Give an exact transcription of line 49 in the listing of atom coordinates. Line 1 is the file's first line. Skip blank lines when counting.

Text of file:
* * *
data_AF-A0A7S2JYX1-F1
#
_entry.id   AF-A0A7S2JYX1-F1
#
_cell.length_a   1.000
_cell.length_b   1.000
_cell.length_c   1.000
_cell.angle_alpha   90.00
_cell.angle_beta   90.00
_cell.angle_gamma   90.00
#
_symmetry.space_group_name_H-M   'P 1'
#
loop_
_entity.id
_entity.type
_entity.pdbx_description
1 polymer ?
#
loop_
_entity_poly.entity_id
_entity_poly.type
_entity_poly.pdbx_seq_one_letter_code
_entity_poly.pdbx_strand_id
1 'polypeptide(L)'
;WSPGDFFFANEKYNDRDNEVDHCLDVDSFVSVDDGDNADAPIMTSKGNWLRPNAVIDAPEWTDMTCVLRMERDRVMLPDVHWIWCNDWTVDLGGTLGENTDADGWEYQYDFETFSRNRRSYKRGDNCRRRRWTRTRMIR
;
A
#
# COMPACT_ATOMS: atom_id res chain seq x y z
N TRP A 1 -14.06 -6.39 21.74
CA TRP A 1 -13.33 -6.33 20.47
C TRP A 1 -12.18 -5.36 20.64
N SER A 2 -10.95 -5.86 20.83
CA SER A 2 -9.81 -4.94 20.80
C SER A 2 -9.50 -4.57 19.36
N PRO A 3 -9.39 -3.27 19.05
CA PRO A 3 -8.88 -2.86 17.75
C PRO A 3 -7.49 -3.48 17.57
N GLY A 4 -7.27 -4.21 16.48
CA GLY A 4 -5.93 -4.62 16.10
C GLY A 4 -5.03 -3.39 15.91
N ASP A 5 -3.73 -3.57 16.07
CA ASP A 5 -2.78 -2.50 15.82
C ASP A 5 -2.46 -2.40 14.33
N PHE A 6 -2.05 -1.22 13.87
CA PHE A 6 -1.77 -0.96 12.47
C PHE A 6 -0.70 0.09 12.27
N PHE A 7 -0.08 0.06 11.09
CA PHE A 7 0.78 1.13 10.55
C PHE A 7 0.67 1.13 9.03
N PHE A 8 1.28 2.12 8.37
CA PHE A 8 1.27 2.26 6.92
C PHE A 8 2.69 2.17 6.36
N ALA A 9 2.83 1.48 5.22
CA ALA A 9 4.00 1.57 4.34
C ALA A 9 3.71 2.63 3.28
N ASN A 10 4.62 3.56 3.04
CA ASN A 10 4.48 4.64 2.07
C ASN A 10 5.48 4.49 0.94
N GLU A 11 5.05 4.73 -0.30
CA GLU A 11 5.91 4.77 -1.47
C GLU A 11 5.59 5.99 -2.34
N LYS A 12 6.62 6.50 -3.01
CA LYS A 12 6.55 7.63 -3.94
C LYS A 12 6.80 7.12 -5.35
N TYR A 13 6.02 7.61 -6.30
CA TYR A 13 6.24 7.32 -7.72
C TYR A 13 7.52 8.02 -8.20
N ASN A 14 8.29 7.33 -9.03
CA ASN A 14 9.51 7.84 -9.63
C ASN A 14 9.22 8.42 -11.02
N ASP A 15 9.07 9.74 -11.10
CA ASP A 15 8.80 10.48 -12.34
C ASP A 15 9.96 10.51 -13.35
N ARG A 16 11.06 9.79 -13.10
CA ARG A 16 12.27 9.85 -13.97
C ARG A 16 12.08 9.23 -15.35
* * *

N PHE A 7 -0.08 0.06 11.09